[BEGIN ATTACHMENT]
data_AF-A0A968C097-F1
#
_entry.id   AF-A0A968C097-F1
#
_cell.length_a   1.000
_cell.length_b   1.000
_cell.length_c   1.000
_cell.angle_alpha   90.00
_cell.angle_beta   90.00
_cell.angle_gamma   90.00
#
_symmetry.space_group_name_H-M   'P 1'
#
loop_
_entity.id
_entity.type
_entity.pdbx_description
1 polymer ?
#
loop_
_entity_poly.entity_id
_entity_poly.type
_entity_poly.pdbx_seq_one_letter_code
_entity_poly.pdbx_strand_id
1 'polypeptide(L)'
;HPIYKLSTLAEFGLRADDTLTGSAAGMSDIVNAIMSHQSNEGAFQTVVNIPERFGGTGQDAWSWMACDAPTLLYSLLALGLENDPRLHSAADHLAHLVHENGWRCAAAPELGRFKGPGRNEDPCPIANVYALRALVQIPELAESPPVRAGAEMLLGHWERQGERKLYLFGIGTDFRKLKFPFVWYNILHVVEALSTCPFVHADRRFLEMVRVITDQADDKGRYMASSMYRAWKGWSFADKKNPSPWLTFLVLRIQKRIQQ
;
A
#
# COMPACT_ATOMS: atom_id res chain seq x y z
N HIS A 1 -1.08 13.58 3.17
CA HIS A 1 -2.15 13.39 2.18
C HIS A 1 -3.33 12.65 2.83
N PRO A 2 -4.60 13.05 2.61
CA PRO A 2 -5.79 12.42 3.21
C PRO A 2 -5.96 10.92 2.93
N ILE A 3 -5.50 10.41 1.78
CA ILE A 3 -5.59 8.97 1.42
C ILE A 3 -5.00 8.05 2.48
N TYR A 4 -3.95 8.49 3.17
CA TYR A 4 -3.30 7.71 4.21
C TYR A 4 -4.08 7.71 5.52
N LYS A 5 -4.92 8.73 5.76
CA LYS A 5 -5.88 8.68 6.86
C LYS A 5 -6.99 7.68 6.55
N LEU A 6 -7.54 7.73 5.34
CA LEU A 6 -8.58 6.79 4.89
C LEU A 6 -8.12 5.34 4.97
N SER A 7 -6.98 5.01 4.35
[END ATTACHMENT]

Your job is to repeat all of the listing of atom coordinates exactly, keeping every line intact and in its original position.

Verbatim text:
data_AF-A0A968C097-F1
#
_entry.id   AF-A0A968C097-F1
#
_cell.length_a   1.000
_cell.length_b   1.000
_cell.length_c   1.000
_cell.angle_alpha   90.00
_cell.angle_beta   90.00
_cell.angle_gamma   90.00
#
_symmetry.space_group_name_H-M   'P 1'
#
loop_
_entity.id
_entity.type
_entity.pdbx_description
1 polymer ?
#
loop_
_entity_poly.entity_id
_entity_poly.type
_entity_poly.pdbx_seq_one_letter_code
_entity_poly.pdbx_strand_id
1 'polypeptide(L)'
;HPIYKLSTLAEFGLRADDTLTGSAAGMSDIVNAIMSHQSNEGAFQTVVNIPERFGGTGQDAWSWMACDAPTLLYSLLALGLENDPRLHSAADHLAHLVHENGWRCAAAPELGRFKGPGRNEDPCPIANVYALRALVQIPELAESPPVRAGAEMLLGHWERQGERKLYLFGIGTDFRKLKFPFVWYNILHVVEALSTCPFVHADRRFLEMVRVITDQADDKGRYMASSMYRAWKGWSFADKKNPSPWLTFLVLRIQKRIQQ
;
A
#
# COMPACT_ATOMS: atom_id res chain seq x y z
N HIS A 1 -1.08 13.58 3.17
CA HIS A 1 -2.15 13.39 2.18
C HIS A 1 -3.33 12.65 2.83
N PRO A 2 -4.60 13.05 2.61
CA PRO A 2 -5.79 12.42 3.21
C PRO A 2 -5.96 10.92 2.93
N ILE A 3 -5.50 10.41 1.78
CA ILE A 3 -5.59 8.97 1.42
C ILE A 3 -5.00 8.05 2.48
N TYR A 4 -3.95 8.49 3.17
CA TYR A 4 -3.30 7.71 4.21
C TYR A 4 -4.08 7.71 5.52
N LYS A 5 -4.92 8.73 5.76
CA LYS A 5 -5.88 8.68 6.86
C LYS A 5 -6.99 7.68 6.55
N LEU A 6 -7.54 7.73 5.34
CA LEU A 6 -8.58 6.79 4.89
C LEU A 6 -8.12 5.34 4.97
N SER A 7 -6.98 5.01 4.35